The month just ended was the second-highest ever for visitors to LA Observed. We're over 2.6 million visits for the year; July is the earliest month that LAO has reached that level. Thank you for reading.
My KCRW commentary on Friday was mostly about Max Taves' LA Weekly cover story about the rats in Pacific Palisades. Check out Taves' YouTube video introducing the story. Here's a link to the audio of my piece; the script follows after the jump.
This has been a pretty good week for news. There's lots to pick from as the local story of the week.
Manny Ramirez coming to the Dodgers from the Red Sox, for one. Dodger fans love home runs and he should bring a few of those while he's here. But Angelenos aren't very forgiving of twenty-million-dollar players who refuse to play hard and who sit out over money issues, as Manny did in Boston. He quit on the Red Sox, so we'll see how that turns out here.
You could go with the earthquake that shook the region on Tuesday. Not much damage. But it rattled our collective sense of guilt at not being better prepared for the Big One that scientists keep telling us is due --- any year now.
Or there was Mayor Antonio Villaraigosa, canceling his date to speak at the banquet of a big gay organization. Some activists think the group isn't transgender-friendly enough, and the mayor listened.
For me, though, hands down the story of the week is the LA Weekly's cover piece on the rat ladies of Pacific Palisades. First, a data point. Pacific Palisades is not merely affluent, it is top-of-the-charts rich. The average household income exceeds $200,000 a year, making the Palisades one of the wealthiest zip codes in the country.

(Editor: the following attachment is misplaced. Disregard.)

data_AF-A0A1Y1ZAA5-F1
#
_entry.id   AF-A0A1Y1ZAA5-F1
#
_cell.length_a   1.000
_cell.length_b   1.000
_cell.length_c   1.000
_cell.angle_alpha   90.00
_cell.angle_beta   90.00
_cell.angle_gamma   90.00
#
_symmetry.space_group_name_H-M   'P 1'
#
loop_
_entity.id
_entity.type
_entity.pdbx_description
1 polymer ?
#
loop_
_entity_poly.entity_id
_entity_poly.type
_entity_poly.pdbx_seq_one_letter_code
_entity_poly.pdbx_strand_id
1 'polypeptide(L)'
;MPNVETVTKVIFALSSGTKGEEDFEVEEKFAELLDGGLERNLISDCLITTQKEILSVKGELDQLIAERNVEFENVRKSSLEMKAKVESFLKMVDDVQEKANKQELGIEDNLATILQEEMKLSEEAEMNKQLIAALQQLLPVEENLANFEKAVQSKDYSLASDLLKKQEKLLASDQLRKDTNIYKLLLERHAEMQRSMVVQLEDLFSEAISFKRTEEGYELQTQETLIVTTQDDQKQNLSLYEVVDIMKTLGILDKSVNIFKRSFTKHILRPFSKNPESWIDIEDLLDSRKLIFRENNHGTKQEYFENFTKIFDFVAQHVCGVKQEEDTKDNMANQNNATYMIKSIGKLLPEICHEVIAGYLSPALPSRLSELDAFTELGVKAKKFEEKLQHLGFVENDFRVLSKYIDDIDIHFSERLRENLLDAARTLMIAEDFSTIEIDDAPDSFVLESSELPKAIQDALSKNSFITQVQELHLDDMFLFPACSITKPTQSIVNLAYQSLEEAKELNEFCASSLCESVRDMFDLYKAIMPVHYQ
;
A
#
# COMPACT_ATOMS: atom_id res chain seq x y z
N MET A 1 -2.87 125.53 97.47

That all gives a little extra edge to the tale.
The headline is that a pair of identical twin sisters in their 70's may be responsible -- all by themselves -- for adding tens of thousands of new rats to the Westside's rodent population.
What happened is that a young couple moved into the neighborhood last October and immediately noticed that the Spanish colonial home next door seemed a little strange.
The windows were blacked out, the front door rotted. When they got closer, the new neighbors detected an unbearable urine reek.
Worse, they began to notice rats slipping in and out of cracks and drain holes. Then they saw rats in their own yard – not shy rats either, but the bold kind that stand their ground in broad daylight, unafraid of humans.
The new homeowners finally flipped out when rats were spotted eating leftover crumbs in their four-month old's baby stroller.
They learned from neighbors that the residents of the house were two sisters who had lived there a long time.
Neighbors often saw one sister or the other walking back from Ralphs with large bags of dog food. But they don't have a dog.
The sisters have been feeding the rats -– for years putting out pie tins of dog food and milk.
Calls to animal regulation, county health, and Councilman Bill Rosendahl got nowhere. Inspectors would come out, talk to the sisters, and maybe write up a report.
One report talked about greasy rat-fur smears visible on the sisters' outside walls, evidence of a huge infestation. Others observed rats inside the house.
Then nothing would happen.
Now it's all in court. The new neighbors sued the sisters and the actress who sold them the house. In court papers, one of the sisters says she never got married or had children. The rats have been a source of comfort to her. And she admitted feeding them since…1958!
I can believe it. When I lived in Santa Monica, the tree outside my apartment window served as a highway for mice, possums and large roof rats. You'd see them on the wires crossing over yards and streets. The landlord finally caved to complaints and called an exterminator. But he refused to take her money. It's Santa Monica, he said. The rats there are out of control, even north of Wilshire where we lived.
After reading the cover story in the LA Weekly, I wonder now if the rat ladies of the Palisades were to blame.
For KCRW, this has been Kevin Roderick with LA Observed.